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By Brandon Pelter, GoPSUsports.com student staff writer
UNIVERSITY PARK, Pa. - After a second place finish at the Big Ten Tournament, Penn State wrestling shifts its focus to the event the Nittany Lions have been training for the entire season, the NCAA Championships.
Despite the Big Ten Championships finish, if there's anything the Nittany Lions can take from the experience, it's a clearer picture of what the ultimate goal is.
"I think any time you lose that should clarify a lot of things and kind of help you really focus in on what it is that you want," Sanderson said. "So hopefully that helps, I don't see it hurting us. Losing is never fun, but I think our guys are clear on what they want to do, they want to win the national championship."
The quest for a seventh NCAA championship in the last eight years begins Thursday morning in Cleveland, as the nine qualifying Nittany Lions take on the nation's best.
For some, it's easy to get lost in the brackets and seedings, dreaming up different potential scenarios, but for Penn State, the focus is one match at a time.
"We just look at the path that our kids have and make sure they're ready for that path," Sanderson said. "But we're not too worried about the rest of the tournament and what's going on. It's just wasted energy. We just make sure our guys are ready for what's in front of them.
"I think Zain will always be remembered as one of the great college wrestlers, certainly one of the best Penn State wrestlers for sure," Sanderson said. "He can only add to that this weekend, so he has the chance to go compete for another national championship, a third national title, which is pretty darn special."
Since recruiting Retherford in high school, Sanderson could tell there was something special about the soon-to-be Nittany Lion.
"He always had just that look in his eye that he was different, he was unique," Sanderson said. "He's just a competitor and he believes in himself. I think he has really high standards in all aspects of his life. Academically, he is on the Dean's List each semester and it's easy to let that slide a little bit when you're having the success that he's been having and as busy as he is."
As Sanderson and his staff continued on through the recruiting process, they knew Retherford was special, but it's of course never easy to predict what elite level of success Retherford has reached in his time at Penn State.
"I just think he has always been unique, whether we thought he would be this good or not we were hopeful," Sanderson said. "But to say that a kid would be competing with the potential of winning a third national title as a senior and a four-time All-American and everything else that he has accomplished, that's tough to predict right there."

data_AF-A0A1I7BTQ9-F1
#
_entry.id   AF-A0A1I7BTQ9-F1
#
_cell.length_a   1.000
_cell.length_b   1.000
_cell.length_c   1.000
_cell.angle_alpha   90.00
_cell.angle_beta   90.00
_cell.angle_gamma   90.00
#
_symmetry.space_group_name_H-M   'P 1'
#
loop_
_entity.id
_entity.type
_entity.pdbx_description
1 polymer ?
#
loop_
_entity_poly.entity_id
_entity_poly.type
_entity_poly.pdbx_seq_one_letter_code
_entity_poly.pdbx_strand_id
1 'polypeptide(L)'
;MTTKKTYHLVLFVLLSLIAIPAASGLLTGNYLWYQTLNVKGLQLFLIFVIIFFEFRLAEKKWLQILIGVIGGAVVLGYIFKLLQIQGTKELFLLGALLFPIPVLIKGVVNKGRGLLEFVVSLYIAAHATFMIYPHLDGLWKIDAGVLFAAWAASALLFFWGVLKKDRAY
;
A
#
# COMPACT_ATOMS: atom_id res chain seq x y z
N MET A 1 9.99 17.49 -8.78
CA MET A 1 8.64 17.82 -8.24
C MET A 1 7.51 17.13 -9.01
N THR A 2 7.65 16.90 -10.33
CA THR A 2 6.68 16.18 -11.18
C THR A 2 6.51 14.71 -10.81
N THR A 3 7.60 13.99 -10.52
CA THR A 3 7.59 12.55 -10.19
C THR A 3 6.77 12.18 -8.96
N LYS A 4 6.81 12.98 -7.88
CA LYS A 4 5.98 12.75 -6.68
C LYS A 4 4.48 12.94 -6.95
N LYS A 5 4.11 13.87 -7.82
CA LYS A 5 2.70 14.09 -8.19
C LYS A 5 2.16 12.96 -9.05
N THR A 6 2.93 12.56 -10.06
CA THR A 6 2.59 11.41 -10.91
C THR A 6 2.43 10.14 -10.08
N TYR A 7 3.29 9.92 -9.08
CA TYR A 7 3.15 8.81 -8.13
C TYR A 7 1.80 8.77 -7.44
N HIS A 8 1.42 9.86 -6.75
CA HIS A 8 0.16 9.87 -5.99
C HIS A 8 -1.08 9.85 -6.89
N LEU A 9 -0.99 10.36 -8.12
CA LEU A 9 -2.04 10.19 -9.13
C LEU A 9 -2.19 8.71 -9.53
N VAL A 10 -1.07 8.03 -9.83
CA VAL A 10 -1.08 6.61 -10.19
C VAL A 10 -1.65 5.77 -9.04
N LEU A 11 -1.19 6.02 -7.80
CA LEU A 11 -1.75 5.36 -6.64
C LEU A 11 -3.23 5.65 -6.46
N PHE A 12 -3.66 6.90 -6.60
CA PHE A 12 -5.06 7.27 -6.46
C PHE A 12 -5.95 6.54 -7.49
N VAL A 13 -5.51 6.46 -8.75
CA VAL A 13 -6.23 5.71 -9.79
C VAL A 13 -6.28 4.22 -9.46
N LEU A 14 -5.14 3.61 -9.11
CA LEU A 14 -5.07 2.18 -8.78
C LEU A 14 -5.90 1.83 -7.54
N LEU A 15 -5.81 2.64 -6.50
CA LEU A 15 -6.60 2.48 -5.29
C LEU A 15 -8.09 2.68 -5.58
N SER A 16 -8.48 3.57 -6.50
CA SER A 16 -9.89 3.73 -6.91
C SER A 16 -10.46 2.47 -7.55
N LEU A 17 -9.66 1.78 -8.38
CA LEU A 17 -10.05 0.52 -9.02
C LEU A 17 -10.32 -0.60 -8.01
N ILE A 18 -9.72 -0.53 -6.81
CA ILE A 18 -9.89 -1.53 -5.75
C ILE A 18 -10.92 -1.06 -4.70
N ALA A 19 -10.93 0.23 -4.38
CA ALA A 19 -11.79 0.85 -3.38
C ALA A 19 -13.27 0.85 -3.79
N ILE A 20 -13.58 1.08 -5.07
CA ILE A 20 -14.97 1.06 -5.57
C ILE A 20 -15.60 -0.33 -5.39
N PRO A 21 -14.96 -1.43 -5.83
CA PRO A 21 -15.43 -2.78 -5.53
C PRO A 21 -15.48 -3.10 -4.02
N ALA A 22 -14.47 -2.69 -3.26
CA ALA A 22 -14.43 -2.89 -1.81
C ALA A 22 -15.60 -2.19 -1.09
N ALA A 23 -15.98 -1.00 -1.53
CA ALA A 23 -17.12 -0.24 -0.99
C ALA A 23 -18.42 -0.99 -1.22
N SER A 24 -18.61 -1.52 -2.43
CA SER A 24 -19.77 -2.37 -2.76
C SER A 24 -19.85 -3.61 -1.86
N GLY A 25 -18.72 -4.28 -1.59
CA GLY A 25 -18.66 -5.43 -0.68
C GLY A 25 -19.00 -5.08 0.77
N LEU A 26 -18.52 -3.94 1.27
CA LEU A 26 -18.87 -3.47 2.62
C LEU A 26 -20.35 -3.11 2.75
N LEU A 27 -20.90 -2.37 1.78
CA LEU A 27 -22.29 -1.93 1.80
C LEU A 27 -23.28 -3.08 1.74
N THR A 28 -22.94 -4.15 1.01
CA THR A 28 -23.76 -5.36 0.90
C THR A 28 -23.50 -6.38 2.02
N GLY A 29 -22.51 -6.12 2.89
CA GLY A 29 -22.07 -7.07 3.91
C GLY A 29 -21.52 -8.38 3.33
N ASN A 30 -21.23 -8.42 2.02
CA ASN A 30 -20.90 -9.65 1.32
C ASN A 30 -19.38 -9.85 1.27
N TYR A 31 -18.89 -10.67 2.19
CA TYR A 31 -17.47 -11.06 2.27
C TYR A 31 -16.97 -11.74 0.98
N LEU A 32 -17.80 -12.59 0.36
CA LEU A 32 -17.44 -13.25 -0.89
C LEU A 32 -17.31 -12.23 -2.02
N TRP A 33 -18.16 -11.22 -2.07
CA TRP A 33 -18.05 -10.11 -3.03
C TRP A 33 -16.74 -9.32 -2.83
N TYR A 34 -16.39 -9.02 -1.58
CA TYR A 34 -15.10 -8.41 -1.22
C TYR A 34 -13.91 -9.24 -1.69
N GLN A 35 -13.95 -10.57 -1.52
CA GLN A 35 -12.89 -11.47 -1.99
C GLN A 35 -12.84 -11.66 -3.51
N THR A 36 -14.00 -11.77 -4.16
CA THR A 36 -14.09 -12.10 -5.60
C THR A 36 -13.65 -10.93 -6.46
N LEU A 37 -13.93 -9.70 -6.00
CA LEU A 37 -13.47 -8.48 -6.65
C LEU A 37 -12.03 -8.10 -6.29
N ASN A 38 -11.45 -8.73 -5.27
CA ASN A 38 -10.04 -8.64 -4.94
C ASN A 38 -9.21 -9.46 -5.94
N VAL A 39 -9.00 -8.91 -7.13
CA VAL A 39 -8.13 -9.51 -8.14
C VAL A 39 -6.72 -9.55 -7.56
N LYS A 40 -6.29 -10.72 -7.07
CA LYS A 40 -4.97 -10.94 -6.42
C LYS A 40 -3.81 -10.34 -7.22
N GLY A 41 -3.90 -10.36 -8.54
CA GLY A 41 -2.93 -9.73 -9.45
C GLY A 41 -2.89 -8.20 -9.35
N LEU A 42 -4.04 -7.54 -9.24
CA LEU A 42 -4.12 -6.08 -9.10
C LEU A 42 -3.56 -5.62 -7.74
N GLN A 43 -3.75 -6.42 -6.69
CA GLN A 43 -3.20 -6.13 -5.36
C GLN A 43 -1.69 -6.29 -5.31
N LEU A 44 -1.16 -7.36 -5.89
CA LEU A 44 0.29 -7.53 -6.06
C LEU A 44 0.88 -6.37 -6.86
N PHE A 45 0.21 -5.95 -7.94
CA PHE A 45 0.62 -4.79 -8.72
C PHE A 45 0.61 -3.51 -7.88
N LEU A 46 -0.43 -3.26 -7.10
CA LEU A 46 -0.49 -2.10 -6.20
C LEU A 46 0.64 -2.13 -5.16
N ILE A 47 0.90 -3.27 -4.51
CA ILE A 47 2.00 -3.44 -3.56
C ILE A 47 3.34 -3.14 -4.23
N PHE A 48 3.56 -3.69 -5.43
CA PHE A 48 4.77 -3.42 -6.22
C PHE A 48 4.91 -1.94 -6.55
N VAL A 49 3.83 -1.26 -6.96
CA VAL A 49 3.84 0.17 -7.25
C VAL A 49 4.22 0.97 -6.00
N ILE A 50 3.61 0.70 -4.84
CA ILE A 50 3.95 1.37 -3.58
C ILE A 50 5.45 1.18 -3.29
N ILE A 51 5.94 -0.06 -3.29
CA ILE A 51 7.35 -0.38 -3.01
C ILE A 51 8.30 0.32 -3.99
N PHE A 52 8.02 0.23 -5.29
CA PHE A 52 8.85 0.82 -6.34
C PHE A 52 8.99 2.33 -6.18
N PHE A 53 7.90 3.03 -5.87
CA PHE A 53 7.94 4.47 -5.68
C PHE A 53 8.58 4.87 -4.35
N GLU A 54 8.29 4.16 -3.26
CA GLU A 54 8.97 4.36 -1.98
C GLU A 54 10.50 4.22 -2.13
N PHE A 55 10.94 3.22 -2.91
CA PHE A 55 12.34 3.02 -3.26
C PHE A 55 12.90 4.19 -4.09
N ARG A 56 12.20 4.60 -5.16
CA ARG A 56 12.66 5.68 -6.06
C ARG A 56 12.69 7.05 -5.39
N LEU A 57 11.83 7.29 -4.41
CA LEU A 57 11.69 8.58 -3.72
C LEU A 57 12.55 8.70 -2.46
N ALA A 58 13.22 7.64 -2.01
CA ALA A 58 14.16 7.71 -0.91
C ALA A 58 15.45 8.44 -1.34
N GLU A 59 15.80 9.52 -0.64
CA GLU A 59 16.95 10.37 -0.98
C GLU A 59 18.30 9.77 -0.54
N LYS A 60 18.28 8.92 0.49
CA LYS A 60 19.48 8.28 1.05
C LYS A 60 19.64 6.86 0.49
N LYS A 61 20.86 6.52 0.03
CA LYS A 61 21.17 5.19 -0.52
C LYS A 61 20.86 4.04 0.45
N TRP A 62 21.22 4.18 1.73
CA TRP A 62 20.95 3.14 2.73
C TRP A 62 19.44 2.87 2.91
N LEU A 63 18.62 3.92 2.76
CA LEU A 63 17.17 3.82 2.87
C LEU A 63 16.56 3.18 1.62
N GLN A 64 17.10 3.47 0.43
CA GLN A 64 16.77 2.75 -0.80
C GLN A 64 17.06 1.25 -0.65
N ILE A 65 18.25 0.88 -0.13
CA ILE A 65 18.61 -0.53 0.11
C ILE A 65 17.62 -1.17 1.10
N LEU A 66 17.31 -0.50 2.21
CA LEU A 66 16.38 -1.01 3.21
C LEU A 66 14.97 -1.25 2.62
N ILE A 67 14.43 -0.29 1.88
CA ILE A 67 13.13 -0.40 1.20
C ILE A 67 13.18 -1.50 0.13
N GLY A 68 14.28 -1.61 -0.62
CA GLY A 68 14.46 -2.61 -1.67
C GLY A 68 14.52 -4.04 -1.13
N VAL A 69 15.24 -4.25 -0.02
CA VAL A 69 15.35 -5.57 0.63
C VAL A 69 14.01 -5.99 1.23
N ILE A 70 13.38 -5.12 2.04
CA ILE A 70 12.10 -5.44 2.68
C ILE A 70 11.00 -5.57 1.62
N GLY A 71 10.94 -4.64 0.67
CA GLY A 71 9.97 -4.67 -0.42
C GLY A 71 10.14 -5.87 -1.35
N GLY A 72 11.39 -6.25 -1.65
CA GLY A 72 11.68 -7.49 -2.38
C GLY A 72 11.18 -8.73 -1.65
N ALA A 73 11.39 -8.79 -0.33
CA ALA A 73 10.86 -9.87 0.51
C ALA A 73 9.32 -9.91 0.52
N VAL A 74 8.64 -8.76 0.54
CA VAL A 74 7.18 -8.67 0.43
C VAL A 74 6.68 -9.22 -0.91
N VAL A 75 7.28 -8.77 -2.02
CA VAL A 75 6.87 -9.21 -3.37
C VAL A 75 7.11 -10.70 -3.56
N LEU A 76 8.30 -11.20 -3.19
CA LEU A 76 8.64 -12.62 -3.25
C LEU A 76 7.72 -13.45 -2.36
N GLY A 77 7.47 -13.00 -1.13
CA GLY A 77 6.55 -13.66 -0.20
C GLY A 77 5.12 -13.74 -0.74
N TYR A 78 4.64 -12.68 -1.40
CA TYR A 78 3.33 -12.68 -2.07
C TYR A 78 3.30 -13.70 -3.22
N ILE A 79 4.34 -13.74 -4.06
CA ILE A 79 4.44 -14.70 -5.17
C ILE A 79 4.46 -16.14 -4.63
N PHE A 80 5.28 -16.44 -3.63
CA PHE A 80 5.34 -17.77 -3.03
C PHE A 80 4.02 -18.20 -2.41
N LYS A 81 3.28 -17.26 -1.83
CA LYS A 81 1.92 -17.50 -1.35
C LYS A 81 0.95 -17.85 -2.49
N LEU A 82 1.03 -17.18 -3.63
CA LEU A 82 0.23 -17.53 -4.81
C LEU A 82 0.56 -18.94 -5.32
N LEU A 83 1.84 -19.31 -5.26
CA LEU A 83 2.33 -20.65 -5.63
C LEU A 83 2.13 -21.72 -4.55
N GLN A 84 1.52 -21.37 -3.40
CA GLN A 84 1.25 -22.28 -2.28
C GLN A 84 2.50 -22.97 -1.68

For Retherford, this weekend isn't about looking back on personal accolades, rather all about doing whatever it takes to take home the team title.
"I think our focus is on how each individual can give their best performance for the team," Retherford said. "That's what I'm thinking about, what can I be doing to give the team the best shot, and that's wrestling the best that I can and scoring points. If I make mistakes that's a good thing I just have to come back from those. Last year I got taken down in the finals, but just the whole time I'm thinking keep scoring points until the last second."
Penn State will be boosted by another returning NCAA national champion in junior Jason Nolf, who took to the mat at the Big Ten Championships for the first time since late January.
After notching a win by fall and major decision, Nolf medically forfeited out of the tournament, but Sanderson is confident the two-time All-American is ready for the NCAA Championships.
"I think we saw the longer he wrestled the more confident he got," Sanderson said. "I thought his speed was great and his shots looked really good and that's what we want him to discover."
Outside of two of five returning NCAA Champions, it will take a complete group effort to win the team title this year.
Among the group of Nittany Lions making their first appearance in the NCAA Tournament, Penn State will rely on Shakur Rasheed at 197 pounds. After finishing second at the Big Ten Championships, Rasheed wasn't exactly pleased with his performance, but has since looked to make a simple adjustment.
"I was very tense and I kind of fell into all the stuff that people were saying like 'I'm the bonus point guy' and things like that," Rasheed said. "I focused on that too much and I realized I need to have fun. I took the tournament way too seriously and then I realized just have fun so I kind of relaxed Sunday because I was thinking just go out there, dance around and have fun and that helped out a lot."
Keeping what most would consider a pressure situation light, is signature to how the Nittany Lions approach not only the postseason, but every match.
I remember my true freshman year I was nervous before my first match and Ed Ruth just told me a joke before I got out on the mat and it calmed me down a lot," Retherford said. "I think jokes are always good and keeping it light this time of year is a good thing."
Session one of six in the three-day NCAA Championships kicks off Thursday, March 15 at noon in Cleveland's Quicken Loans Arena.
Penn State's Nick Nevills joins his younger brother AJ Nevills (Fresno State) in the heavy weight field. Nick, who earned a No. 3 seed is no stranger to having one of his brother's competing at the NCAA Championships.
"It's cool that he's there, I remember last year I was standing in the tunnel before my oldest brother got to go out and wrestle and now I'll probably get to do the same thing with AJ," Nick said. "It's just cool, my parents are really happy for him, I know he's excited and happy for the opportunity to go out and wrestle and I'm wishing him all the best."